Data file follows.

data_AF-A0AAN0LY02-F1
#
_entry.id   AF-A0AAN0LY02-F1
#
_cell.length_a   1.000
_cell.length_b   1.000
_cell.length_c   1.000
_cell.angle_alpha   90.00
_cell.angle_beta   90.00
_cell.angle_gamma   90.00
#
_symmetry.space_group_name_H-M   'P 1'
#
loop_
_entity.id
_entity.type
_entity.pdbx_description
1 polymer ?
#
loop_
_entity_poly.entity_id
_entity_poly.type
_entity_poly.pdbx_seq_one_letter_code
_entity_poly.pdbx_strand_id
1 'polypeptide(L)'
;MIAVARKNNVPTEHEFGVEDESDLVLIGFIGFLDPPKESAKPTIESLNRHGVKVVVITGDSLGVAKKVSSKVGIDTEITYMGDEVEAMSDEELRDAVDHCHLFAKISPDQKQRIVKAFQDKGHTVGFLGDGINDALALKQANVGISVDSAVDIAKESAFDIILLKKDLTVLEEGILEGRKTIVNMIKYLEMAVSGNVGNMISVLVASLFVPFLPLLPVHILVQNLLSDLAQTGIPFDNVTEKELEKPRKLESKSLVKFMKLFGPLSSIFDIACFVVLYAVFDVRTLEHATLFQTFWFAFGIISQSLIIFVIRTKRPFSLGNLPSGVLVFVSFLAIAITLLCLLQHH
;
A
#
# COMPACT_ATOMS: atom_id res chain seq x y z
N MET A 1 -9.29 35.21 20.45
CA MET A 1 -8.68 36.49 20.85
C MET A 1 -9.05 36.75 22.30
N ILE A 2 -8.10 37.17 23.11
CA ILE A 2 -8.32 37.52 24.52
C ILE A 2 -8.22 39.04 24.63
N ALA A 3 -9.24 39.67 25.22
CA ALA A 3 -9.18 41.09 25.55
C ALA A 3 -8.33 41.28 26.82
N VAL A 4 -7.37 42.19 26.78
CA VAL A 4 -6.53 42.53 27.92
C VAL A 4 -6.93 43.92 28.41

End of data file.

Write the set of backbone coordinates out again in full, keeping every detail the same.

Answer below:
data_AF-A0AAN0LY02-F1
#
_entry.id   AF-A0AAN0LY02-F1
#
_cell.length_a   1.000
_cell.length_b   1.000
_cell.length_c   1.000
_cell.angle_alpha   90.00
_cell.angle_beta   90.00
_cell.angle_gamma   90.00
#
_symmetry.space_group_name_H-M   'P 1'
#
loop_
_entity.id
_entity.type
_entity.pdbx_description
1 polymer ?
#
loop_
_entity_poly.entity_id
_entity_poly.type
_entity_poly.pdbx_seq_one_letter_code
_entity_poly.pdbx_strand_id
1 'polypeptide(L)'
;MIAVARKNNVPTEHEFGVEDESDLVLIGFIGFLDPPKESAKPTIESLNRHGVKVVVITGDSLGVAKKVSSKVGIDTEITYMGDEVEAMSDEELRDAVDHCHLFAKISPDQKQRIVKAFQDKGHTVGFLGDGINDALALKQANVGISVDSAVDIAKESAFDIILLKKDLTVLEEGILEGRKTIVNMIKYLEMAVSGNVGNMISVLVASLFVPFLPLLPVHILVQNLLSDLAQTGIPFDNVTEKELEKPRKLESKSLVKFMKLFGPLSSIFDIACFVVLYAVFDVRTLEHATLFQTFWFAFGIISQSLIIFVIRTKRPFSLGNLPSGVLVFVSFLAIAITLLCLLQHH
;
A
#
# COMPACT_ATOMS: atom_id res chain seq x y z
N MET A 1 -9.29 35.21 20.45
CA MET A 1 -8.68 36.49 20.85
C MET A 1 -9.05 36.75 22.30
N ILE A 2 -8.10 37.17 23.11
CA ILE A 2 -8.32 37.52 24.52
C ILE A 2 -8.22 39.04 24.63
N ALA A 3 -9.24 39.67 25.22
CA ALA A 3 -9.18 41.09 25.55
C ALA A 3 -8.33 41.28 26.82
N VAL A 4 -7.37 42.19 26.78
CA VAL A 4 -6.53 42.53 27.92
C VAL A 4 -6.93 43.92 28.41